With fall due to be arriving here in the northwest I wanted to get the first darker beer brewed for when the weather really takes a turn for the worse. I love a good Irish stout and haven’t taken a stab at the style yet, so I figured this was the 1st fall beer to get brewed. This recipe is going to yield a beer different from Guinness, more closer to a Beamish stout with the inclusion of chocolate malt and some darker crystal and a higher mash temperature. I’m hoping the blend of roasted barley and chocolate malt and the dark crystal will a some more dimension that the standard Irish Stout but still be very drinkable and fairly light in body. This batch I also got to use a new yeast supplier in the area, Imperial Yeast. The yeast comes in 200 billion cell 5 oz cans which is perfect for most beers I brew so I can skip making a starter a lot of times. The gents at the homebrew shop had really good things to say about the yeast so far as well.
Mash: 153 (45 min)
Boil: 60 min.
Mash pH: 5.4
55.0% Stout Malt (Malting Co. of Ireland)
20.0% Flaked Barley
7.5% Rauch Malt
7.5% Roasted Barley (300 L)
5.0% Chocolate Malt (350 L)
5.0% Extra Dark Crystal (160L)
0.75 oz Northern Brewer (10.1%) 60 min.
1.00 oz Goldings (4%) 10 min.
0.50 oz Goldings (4%) 0 min.
0.75 oz Northern Brewer (10.1%) 0 min.
Imperial A18 – Joystick
Yeast pitched at 62 and will ferment this one at 65 before ramping up to finish things out. Activity stated within 6 hours, so not really much more of a lag time from when pitching from a starter at this temperature. It was really strange not to make a starter and the yeast was so compacted at the bottom of the can it was a little tough to pitch, but not too bad. The strain I’m using is supposedly the Pacman strain so I’m thinking that will yield a pretty clean ester profile that will allow the malt profile to really come through.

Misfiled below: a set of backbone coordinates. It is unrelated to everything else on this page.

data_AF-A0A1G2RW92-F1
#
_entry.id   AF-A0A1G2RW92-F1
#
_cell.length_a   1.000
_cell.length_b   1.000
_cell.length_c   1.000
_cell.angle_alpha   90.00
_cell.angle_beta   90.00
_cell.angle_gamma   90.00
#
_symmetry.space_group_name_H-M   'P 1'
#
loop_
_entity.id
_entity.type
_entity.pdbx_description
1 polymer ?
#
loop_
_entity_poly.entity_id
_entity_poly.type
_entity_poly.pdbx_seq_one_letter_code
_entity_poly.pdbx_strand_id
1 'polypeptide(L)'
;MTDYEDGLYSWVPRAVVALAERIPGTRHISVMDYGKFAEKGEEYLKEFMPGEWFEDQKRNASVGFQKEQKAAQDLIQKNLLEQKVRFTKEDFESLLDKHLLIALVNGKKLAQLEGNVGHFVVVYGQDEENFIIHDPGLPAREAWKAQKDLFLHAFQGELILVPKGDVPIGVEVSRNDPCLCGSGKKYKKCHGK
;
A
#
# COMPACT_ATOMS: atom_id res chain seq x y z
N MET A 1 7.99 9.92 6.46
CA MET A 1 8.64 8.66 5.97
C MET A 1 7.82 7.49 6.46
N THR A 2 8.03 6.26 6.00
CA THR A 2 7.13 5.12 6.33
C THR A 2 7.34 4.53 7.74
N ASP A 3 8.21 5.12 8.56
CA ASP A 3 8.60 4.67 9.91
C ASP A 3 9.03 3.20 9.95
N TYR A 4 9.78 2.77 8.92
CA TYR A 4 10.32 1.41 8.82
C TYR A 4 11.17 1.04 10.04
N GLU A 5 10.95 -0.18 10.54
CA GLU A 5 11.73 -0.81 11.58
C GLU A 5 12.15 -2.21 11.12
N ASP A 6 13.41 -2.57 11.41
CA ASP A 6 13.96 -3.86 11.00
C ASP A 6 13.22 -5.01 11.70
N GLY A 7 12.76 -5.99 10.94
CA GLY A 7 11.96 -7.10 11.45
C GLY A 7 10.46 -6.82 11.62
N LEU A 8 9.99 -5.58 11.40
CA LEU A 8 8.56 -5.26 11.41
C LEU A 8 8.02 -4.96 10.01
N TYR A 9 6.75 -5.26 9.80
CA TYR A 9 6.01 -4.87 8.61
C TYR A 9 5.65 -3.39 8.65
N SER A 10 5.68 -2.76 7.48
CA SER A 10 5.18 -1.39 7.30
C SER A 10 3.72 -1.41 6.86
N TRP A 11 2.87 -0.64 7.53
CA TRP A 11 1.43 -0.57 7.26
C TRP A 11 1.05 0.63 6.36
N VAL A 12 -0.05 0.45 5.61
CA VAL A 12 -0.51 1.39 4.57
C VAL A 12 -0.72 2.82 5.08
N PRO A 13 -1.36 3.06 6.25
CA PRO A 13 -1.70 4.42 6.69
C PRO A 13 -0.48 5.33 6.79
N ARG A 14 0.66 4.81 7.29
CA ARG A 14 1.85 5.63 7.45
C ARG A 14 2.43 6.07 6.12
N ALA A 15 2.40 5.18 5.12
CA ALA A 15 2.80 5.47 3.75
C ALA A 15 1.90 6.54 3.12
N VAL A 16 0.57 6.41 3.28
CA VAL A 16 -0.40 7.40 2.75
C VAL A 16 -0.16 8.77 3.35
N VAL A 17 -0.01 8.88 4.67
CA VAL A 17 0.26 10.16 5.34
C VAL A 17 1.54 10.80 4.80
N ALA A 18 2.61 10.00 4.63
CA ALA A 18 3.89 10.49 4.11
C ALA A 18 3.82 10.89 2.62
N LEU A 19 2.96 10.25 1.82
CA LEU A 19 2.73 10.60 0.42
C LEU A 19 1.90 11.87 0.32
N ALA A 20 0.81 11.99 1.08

Ended up finishing a bit higher than I was thinking. I always forget stouts seem to attenuation 10-15% less than other beers. The gravity sample smelled of espresso and tasted really nice. Should be on tap on a week or so after carbing up.
Tasting notes – 11.24.15
Aroma: Cocoa, coffee and a touch of smoke in the aroma.
Appearance: Black with a nice beige head that hangs around a minute plus.
Taste: Roasted coffee and some chocolate, little bit of bitterness hangs on the tongue and subtle yeast esters round out the taste. Hard to discern if bitterness is from hops or roasted malts. The bitterness lessens as the pint warms up and drink very smooth around 55 degrees. No real hop flavors noticeable.
Mouthfeel: Full with medium carbonation.
Overall: I’m really pleased with how this beer turned out. It has way more flavor and body than a Guiness or Murphy’s and is a great winter beer to have on tap. There’s a really nice combination of coffee, chocolate, smoke, sweetness and maltiness that make this an interesting stout that doesn’t drink too rich or sweet. And with it clocking in under 4%, its a pretty complex session beer that’s pretty easy to drink a few pints of. I’m really loving the ester profile that this yeast gives as well. It has a slight mineral quality that really meshes well with everything else going on in this beer.